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Dina Ripsman Eylon

This book is a translation of poems by Dina Ripsman Eylon from her book: On the Horizon in
the First Person. Tel-Aviv: Eked Publishing, 2011. [Hebrew]

A Bilingual Poetry Collection

Copyright © 2017 by Dina Ripsman Eylon

All rights reserved. No part of this book may be reproduced or transmitted in any form or by any
means without written permission from the author, except in the case of reviewers who may quote
brief passages.

ISBN 978-0-9688949-4-1

Published by Sisterhood Press, Inc., Toronto, Canada

Library and Archives Canada Cataloguing in Publication

Eylon, Dina Ripsman, author Until borders collapse: a bilingual poetry collection / Dina
Ripsman Eylon.

Translation of Hebrew poems into English by author. Poems in Hebrew and English. ISBN 978-
0-9688949-4-1 (ebk)

I. Title.

PS8609.Y56U57 2013 C811'.6 C2013-904443-4
Books by Dina Ripsman Eylon

Reincarnation in Jewish Mysticism and Gnosticism
Songs of Love and Misgivings
Waging Change: Vaughan Poets Engage in Politics (Editor)
In the Heart of the City
On the Horizon in the First Person [Hebrew]

In October 2011, I was invited to read my poems and participate in "Semana Poetica," a
momentous week of poetry and poets at Dickinson College, Carlisle, PA. Most of the featured
poets wrote in languages other than English. The college published a bilingual chapbook for each
poet. Until Borders Collapse is a revised edition of that chapbook.

Dina Ripsman Eylon

Titles in English

Voices Coming from You 5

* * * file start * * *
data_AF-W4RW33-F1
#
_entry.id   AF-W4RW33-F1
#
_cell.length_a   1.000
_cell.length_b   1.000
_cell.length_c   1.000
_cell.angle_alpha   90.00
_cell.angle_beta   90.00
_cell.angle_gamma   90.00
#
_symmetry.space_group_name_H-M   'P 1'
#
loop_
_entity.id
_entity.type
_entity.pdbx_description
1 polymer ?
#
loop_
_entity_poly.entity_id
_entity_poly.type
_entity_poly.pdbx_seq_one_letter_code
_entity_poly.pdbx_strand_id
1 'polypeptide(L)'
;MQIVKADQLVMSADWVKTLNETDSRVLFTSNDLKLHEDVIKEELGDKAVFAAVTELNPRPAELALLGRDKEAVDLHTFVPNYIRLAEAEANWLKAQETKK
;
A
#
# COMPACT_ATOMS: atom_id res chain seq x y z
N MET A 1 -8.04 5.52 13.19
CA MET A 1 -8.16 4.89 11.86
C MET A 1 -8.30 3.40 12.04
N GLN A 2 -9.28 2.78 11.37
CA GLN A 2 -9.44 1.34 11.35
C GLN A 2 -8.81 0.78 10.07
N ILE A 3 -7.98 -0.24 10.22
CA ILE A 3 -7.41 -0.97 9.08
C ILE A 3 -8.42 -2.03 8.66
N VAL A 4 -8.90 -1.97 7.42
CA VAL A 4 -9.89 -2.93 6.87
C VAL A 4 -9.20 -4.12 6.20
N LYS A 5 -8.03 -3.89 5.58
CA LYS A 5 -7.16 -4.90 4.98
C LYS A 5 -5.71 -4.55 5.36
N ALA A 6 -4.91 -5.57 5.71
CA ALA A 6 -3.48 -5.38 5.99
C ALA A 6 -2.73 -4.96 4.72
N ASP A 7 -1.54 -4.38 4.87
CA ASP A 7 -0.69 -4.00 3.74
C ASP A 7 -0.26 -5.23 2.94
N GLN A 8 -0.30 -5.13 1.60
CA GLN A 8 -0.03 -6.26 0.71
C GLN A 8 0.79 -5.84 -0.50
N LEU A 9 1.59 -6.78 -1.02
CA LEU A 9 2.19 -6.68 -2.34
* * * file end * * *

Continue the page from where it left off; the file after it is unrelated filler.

Black Dream 7
In My Youth 9
In the Heart of the City 11
Vox populi vox dei 13
At the Heavenly Palace 15
Bad Tidings 19
This World 21
I Was There 23
Wishes 25
“Write a Poem About Me” 27
My Father’s Funeral 29
Tragic Figures 31
My Child’s Smile 33
A Company of Soldiers 35
Battlefield 37
Rebellious Queen 39
The Wings of Love 41
About the Author 43
Voices Coming from You1

I heard voices coming from you –
not wondering about their frequency,
volumes of inscribed reflections, and tender touches,
as the wheel turned perpetually.

For me –
Ignore rushed renewals.
Rest along the shaded path.
Sip sweet wine.
Branch out flimsy twigs towards the sun,
like a young plant, aching for warmth.

Muffled, I found truth in your deceiving eyes,
evermore learning from your failures.

There the sun always set at the same moment,
telling the time when I most longed for you.

Translated by the author from the Hebrew original, On the Horizon in the First Person, (Tel-Aviv: Eked:
2011), 17.

Black Dream2

In my dream –
Herds of black chimpanzees
pounce on me,
caress my crimson neck,
wild with passion.

In this distant curve of life,
I expected majestic glee.
But this black enchantment,